Does Pregnancy Matter to Parental Status?

At various times in the past there’s been discussion here about the legal significance of being pregnant/giving birth.   (You can use that one posting to find links to others, or just browse under the tag “pregnancy.”)   It’s in light of that discussion that I found this post from yesterday’s Motherlode blog quite interesting.   

 In general, I’m inclined to believe that having been pregnant with and given birth to a child ought to count for something when it comes to determining parentage.   I won’t go so far as to say that a woman who gives birth has already been a mother for nine months–at least in large part because I don’t want to assert that there is a child before birth.    But the woman has done something that, it seems to me, gives her a unique relationship to the resulting child.   If a child is to have a parent or parents  at the time the child is born, how can the woman who gives birth not fall into that category? 

It seems to me that the research discussed in the Motherlode post (and the book that is the subject of the post and the Time Magazine article) all suggests that while a woman is pregnant she is engaged in a dynamic process that is very much akin to the nurturing/caretaking process that follows the birth of a child.   She’s not simply a container or a vessel. 

I have consistently (I hope) advocated for some sort of de facto or functional parent test.    I’m inclined to respect the relationships formed between an adult acting as a parent and a child and also to recognize the labor and commitment shown by the adults.   (This is over-simplified, but you can find many discussions under the “de facto” or “functional” tags.)    I’m therefore inclined to want to give some recognition to the labor and commitment demonstrated before the child is born.   Perhaps there is some justification for ignoring this contribution, but I don’t quite see what it is. 

I recognize there are all sorts of perils and dangers here and that makes me proceed with caution.  I also stand ready to revise my opinion upon further thought.  But at least for now, thinking about this most recent set of stories, I think the fact of being pregnant/giving birth ought to have legal meaning–which is to say, I think when a woman gives birth to a child, she ought to be recognized as the legal parent of the child.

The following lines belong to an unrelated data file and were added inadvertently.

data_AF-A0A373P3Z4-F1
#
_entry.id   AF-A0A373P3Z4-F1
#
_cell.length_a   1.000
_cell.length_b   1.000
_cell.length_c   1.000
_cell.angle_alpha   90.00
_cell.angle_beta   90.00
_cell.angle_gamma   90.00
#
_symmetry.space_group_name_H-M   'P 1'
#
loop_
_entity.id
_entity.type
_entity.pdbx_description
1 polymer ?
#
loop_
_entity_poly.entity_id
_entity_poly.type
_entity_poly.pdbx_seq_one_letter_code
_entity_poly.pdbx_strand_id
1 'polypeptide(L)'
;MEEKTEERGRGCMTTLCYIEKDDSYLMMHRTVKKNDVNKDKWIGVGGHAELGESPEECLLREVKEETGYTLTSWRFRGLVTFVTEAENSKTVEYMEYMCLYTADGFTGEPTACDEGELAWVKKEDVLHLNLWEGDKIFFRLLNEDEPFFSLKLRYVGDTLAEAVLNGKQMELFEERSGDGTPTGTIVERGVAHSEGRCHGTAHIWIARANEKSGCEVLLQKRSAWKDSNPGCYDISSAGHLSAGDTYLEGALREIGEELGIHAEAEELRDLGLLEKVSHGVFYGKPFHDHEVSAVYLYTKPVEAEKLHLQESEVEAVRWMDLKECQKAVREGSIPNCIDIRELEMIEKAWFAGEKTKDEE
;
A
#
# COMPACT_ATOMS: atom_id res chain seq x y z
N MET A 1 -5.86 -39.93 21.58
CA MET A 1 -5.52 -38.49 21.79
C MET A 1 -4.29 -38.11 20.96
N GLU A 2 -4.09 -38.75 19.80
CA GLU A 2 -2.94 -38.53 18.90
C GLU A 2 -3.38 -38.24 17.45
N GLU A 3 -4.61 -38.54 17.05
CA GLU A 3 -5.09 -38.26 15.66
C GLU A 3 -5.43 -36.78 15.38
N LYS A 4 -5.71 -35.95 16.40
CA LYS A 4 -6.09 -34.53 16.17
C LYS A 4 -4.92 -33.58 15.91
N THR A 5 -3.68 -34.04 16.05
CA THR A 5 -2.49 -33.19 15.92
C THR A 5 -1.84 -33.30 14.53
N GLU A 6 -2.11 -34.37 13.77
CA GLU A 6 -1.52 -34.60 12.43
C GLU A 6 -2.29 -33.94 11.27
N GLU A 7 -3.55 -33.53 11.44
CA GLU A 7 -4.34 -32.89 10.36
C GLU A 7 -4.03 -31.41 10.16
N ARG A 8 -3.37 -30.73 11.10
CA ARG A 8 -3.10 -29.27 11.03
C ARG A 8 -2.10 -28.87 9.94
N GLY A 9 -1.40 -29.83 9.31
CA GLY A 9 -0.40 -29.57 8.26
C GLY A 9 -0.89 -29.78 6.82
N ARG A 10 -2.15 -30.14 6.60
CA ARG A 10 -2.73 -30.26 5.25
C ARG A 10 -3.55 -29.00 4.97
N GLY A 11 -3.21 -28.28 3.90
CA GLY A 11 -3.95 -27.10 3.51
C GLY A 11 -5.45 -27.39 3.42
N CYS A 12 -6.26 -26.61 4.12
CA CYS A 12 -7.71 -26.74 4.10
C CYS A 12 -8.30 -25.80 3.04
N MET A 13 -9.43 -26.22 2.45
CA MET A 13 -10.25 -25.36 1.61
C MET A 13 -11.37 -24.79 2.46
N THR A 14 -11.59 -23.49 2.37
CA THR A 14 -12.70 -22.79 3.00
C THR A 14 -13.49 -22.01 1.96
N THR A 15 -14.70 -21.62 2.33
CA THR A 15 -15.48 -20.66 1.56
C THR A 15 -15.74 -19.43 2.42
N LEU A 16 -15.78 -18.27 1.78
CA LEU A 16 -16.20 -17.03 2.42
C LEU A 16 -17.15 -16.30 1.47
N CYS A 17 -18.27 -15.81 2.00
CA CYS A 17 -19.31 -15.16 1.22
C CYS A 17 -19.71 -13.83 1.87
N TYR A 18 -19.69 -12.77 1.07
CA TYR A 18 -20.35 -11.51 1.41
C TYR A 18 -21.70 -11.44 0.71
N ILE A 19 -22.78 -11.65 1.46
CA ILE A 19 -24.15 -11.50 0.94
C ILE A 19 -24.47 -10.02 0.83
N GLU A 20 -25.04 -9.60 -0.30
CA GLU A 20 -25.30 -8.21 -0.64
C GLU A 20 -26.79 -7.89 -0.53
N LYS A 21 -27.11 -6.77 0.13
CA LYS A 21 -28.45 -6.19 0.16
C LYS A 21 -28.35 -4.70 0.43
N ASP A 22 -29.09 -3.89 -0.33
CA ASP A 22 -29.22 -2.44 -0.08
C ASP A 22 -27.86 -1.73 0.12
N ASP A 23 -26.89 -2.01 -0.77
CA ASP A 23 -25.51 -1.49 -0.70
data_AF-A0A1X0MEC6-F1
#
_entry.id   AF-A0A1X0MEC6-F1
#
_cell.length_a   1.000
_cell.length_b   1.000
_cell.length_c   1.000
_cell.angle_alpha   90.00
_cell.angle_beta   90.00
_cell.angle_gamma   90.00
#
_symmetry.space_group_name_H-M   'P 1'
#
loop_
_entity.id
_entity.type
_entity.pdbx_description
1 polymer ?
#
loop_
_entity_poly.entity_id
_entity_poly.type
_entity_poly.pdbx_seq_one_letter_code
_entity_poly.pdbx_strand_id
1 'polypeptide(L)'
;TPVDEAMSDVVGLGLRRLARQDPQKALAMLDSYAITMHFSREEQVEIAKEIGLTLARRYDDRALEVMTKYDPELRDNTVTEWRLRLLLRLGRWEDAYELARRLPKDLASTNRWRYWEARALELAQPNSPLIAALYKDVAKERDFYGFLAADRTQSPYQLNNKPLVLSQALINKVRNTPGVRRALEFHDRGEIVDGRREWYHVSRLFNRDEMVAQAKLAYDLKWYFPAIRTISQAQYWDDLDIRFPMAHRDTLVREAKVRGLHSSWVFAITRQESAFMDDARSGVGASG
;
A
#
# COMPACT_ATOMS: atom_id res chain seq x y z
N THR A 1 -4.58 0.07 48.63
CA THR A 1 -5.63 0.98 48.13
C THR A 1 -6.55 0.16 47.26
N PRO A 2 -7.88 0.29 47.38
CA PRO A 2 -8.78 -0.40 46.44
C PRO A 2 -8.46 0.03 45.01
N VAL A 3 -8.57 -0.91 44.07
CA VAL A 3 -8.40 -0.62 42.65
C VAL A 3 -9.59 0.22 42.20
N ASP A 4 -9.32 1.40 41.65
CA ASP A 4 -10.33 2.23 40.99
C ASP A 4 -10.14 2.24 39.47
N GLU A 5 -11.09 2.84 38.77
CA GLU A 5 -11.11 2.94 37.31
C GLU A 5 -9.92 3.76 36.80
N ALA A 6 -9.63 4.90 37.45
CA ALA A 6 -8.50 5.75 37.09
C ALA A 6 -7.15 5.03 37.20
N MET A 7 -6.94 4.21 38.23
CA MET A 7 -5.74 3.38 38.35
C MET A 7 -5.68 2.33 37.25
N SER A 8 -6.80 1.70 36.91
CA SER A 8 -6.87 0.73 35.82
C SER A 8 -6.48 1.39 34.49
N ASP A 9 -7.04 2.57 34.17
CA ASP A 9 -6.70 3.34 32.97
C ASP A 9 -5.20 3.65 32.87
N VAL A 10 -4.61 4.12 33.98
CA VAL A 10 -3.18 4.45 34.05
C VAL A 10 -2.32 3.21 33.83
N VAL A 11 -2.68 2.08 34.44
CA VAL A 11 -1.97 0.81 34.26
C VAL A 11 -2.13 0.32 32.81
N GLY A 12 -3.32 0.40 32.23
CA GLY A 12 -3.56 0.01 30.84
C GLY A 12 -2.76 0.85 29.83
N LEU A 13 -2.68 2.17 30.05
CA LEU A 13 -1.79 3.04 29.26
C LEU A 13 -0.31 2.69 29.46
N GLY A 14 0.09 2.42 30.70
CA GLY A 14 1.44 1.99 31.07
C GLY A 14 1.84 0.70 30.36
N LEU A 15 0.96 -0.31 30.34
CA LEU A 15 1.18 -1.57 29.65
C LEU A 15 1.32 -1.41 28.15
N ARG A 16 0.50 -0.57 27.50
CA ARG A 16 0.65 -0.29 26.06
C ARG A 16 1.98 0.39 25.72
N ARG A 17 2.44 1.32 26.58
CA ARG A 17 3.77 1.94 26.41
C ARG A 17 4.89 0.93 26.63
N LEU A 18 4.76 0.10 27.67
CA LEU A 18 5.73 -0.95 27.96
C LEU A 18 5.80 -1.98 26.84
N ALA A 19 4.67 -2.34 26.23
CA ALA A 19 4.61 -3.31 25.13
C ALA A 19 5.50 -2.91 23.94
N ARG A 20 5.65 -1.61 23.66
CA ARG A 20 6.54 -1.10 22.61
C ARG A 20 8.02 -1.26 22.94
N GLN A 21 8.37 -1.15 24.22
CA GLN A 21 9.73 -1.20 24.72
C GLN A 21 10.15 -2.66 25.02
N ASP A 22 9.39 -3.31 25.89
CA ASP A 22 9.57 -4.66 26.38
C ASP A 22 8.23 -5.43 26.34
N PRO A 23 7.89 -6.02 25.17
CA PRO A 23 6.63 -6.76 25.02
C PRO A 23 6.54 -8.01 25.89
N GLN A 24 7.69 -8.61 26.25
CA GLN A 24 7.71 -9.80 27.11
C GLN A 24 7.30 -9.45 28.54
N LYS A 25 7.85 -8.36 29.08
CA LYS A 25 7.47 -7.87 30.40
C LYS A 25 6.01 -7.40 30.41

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15 responses to “Does Pregnancy Matter to Parental Status?

  1. Of course she should be considered the child’s mother – so long as she created the baby with her own body. You would not want to call her the mother of the baby if she came by being pregnant through some sort of stealth act of theft or laboratory error.

    As long as we are talking about women and their maternal relationship with the child, of course she is the mother. If however a woman is unable to carry her pregnancy to term and a gestational carrier has to be used, all bets are off. Pregnancy is evidence of the reason a woman is a mother – but is not the reason in and of itself. Its just usually indicative of the fact that the woman conceived a child.

    How she became pregnant is far more important in determining whether she is a mother – at least these days. She’d better have permission from the mother to be carrying that unborn child if she is not the mother.

    • Surely it will come as no surprise that I won’t accept your caveat. Indeed, the main point of the post is to argue that it is the fact of being pregnant/giving birth that entitles her to recognition. I don’t see why the manner in which she became pregnant makes any difference.

      I do understand that you focus on different things–and in particular on the genetic relationship. I think (though you should correct me if I am wrong) that to you it makes no difference who gives birth to the child. If a woman is genetically unrelated to the child she gives birth to she is no more the mother of that child than I am.

      I think it is important to be clear about our disagreement here. While there will be individual cases where we would reach the same outcome (where a woman gives birth to a child she is genetically related to) we get there by rather different roads.

  2. I would consider the pregnant woman the mother but only if the genetic mother is unknown, unavailable, or unwilling to fill the parental role.

    • saramaimon
      if the woman who was maternally related to the child could be identified (even as an anonymous donor) then do you think her permission and relinquishment of parental authority over her offspring ought to be fomally documented by the state as it would be for adoption? Or do you think its ok to record the woman who gave birth as if she created the child herself and is maternally related.

      • I would dispense with the formal recording of the fact. In absence of a competing claim to parenthood, the pregnancy is enough to create a presumption of motherhood, even more than marriage is enough to create a presumption of fatherhood for the man. No additional paperwork is necessary.

        I realize that you have objected to applying a presumption of parenthood to anyone. However, if one of your concerns is huge numbers of offspring creating a possibility of incest, that is less of a concern with an egg donor who will have much fewer children than a sperm donor.

        • I suppose your point is correct about fewer egg donor babies, but why is it ok for that woman to lie when everyone else has to tell the truth? That just bugs me that people can go around pretending that way.

          My overriding concern is regulating ART, not by stopping it (that is a pipe dream) but by documenting the hell out of it so that people get to lie on a technicality because nobody is checking.